September 2018
Volume 18, Issue 10
Open Access
Vision Sciences Society Annual Meeting Abstract  |   September 2018
Human Object Detection in Natural Scenes: Evidence From a New Dot Probe Task
Author Affiliations
  • Colin Flowers
    Department of Psychology, University of Arizona
  • Mary Peterson
    Department of Psychology, University of ArizonaCognitive Science Program, University of Arizona
Journal of Vision September 2018, Vol.18, 393. doi:
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      Colin Flowers, Mary Peterson; Human Object Detection in Natural Scenes: Evidence From a New Dot Probe Task. Journal of Vision 2018;18(10):393. doi:

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      © ARVO (1962-2015); The Authors (2016-present)

  • Supplements

Object detection is often measured by assessing whether an object of a given category was present in a briefly exposed scene. With this task, some accurate responses might be based upon scene context. Here, we measure object detection by instructing participants (n = 53) to report whether a colored flashing dot probe located near a border in a colored photograph of a natural scene was "on" or "off" the object bounded by that border (100-ms masked exposure). Dot location varied from central to peripheral regions of the photographs. Accurate responses were taken to index accurate object detection. This method reveals object location rather than category. We investigated category effects by presenting 741 photographs from the Common Objects in Context (CoCo) set containing objects in 10 different categories (54 – 89 objects per category). Overall accuracy was 65.34%. A one-way ANOVA showed a significant effect of category (p < 0.001). Performance was poorest (although significantly greater than chance) on small textureless objects (e.g. knives/forks; 57.11%), or objects that were often occluded in the photographs (e.g., bowls/cars; 58.26%). These objects often caused computer vision models of object detection to fail. Detection accuracy for these objects was significantly lower than all other categories, ps < 0.04. Performance was best on textured objects that were generally the focal point of the photographs (e.g., airplanes/birds/zebras - 74.61%, were detected significantly better than objects in all other categories, ps < 0.03), objects that are often accurately detected by computer vision models. Performance with the objects in the other categories (apples/chairs/people) was intermediate. Our method, emphasizing locating objects within scenes, provides evidence regarding human object detection while eliminating guessing based on context. We plan to use black and white photographs to increase the visibility of the colored flashing dot probe to determine whether this pattern remains unchanged.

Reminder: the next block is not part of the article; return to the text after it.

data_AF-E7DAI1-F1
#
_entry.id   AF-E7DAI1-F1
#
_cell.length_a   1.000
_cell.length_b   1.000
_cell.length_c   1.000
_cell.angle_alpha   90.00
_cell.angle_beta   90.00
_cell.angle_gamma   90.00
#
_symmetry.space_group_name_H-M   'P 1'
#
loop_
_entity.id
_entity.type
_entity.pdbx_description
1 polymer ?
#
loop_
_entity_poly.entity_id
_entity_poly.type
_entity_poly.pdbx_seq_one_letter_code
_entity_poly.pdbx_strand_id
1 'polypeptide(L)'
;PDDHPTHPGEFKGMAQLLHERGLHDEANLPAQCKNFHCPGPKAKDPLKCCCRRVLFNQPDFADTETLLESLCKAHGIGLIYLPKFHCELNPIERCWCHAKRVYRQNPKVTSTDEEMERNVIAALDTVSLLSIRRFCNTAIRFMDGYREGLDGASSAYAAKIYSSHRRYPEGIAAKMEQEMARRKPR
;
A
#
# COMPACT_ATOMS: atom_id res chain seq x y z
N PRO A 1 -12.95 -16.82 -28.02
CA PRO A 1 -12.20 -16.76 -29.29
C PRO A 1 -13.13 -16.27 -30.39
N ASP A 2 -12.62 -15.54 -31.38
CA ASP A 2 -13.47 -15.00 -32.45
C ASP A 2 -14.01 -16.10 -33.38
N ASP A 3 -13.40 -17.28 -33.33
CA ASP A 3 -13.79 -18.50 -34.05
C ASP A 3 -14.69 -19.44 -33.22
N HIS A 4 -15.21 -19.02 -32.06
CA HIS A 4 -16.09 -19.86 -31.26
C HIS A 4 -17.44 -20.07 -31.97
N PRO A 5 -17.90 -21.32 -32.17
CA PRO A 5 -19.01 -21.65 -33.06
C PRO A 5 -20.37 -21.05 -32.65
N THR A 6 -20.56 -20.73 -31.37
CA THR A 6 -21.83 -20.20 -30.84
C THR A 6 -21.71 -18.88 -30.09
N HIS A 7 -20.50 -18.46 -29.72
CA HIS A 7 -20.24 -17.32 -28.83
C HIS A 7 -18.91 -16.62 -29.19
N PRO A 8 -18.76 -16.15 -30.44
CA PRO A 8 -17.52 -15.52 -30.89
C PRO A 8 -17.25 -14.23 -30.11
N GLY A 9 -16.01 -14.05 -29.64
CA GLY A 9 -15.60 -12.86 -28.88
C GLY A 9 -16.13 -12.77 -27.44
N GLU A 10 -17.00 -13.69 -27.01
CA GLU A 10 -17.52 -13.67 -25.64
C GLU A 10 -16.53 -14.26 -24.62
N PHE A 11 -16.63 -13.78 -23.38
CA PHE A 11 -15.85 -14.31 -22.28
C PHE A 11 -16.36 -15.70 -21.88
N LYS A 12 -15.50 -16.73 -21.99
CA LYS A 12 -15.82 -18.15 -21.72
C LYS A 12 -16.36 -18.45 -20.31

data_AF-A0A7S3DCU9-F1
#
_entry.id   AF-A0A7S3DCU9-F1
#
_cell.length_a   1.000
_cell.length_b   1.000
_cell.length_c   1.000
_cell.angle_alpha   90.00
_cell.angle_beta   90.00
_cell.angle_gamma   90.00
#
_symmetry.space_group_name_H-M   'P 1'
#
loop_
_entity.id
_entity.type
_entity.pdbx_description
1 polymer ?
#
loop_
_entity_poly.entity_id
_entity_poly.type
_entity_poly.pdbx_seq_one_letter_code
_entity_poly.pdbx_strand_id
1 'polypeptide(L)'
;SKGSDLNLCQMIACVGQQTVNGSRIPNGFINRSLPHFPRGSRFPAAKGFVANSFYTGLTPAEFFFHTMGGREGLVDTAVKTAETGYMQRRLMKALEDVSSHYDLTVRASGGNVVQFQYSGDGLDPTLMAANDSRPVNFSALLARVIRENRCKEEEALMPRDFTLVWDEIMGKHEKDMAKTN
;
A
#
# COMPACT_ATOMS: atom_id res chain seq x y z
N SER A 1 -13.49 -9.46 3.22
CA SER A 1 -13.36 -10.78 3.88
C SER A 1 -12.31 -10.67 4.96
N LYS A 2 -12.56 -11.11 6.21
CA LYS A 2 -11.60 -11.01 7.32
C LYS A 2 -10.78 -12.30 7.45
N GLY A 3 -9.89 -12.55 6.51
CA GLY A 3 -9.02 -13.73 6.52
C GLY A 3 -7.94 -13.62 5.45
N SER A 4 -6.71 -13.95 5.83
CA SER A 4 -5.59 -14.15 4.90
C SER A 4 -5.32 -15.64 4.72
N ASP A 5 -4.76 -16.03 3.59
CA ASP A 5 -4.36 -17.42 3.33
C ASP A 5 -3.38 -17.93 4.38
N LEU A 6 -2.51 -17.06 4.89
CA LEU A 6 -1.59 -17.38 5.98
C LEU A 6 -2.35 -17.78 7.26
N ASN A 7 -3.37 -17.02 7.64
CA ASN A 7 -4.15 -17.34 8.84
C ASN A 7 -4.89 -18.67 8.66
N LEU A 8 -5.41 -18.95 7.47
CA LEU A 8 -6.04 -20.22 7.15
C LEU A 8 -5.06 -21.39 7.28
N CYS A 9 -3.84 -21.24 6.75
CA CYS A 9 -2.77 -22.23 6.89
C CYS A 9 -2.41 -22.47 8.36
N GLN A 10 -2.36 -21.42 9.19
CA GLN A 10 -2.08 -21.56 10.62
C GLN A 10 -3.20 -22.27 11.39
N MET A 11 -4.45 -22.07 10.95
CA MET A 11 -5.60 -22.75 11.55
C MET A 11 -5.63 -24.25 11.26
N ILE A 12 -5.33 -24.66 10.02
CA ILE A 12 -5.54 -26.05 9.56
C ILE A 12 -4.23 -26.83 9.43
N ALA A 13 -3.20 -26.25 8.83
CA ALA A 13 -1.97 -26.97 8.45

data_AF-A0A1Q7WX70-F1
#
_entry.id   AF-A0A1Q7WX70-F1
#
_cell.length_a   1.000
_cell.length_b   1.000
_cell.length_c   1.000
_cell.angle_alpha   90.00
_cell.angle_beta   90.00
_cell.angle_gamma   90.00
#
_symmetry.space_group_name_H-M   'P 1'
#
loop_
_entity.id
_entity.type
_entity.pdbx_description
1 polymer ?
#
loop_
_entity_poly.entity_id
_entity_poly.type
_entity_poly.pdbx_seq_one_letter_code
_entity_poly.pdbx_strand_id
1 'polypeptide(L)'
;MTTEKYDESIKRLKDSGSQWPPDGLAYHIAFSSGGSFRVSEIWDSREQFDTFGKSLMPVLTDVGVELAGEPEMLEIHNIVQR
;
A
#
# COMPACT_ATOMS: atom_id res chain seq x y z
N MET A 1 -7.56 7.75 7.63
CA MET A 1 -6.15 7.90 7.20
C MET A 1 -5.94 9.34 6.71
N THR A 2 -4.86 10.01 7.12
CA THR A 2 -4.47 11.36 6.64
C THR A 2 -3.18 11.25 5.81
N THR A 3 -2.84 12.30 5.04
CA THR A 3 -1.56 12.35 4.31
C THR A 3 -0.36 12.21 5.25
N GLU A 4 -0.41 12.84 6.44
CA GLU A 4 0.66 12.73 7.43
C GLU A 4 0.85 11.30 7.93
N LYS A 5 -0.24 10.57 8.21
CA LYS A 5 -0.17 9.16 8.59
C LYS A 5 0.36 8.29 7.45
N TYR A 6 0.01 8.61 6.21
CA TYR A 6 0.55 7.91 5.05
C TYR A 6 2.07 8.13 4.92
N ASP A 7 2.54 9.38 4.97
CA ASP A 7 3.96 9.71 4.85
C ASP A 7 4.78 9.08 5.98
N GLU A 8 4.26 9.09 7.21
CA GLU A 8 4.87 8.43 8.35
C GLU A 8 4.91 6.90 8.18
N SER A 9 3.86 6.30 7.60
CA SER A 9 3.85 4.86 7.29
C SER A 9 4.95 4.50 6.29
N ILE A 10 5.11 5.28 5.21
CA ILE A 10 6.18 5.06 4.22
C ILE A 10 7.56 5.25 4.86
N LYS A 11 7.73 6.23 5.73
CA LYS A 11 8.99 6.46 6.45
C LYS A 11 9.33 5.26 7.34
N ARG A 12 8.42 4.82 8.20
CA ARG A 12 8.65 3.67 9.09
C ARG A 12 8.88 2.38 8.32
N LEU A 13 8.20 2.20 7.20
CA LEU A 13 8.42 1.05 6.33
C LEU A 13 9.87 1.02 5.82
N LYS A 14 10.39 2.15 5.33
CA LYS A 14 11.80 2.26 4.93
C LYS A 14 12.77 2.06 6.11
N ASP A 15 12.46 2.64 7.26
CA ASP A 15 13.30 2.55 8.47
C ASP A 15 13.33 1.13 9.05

Meeting abstract presented at VSS 2018


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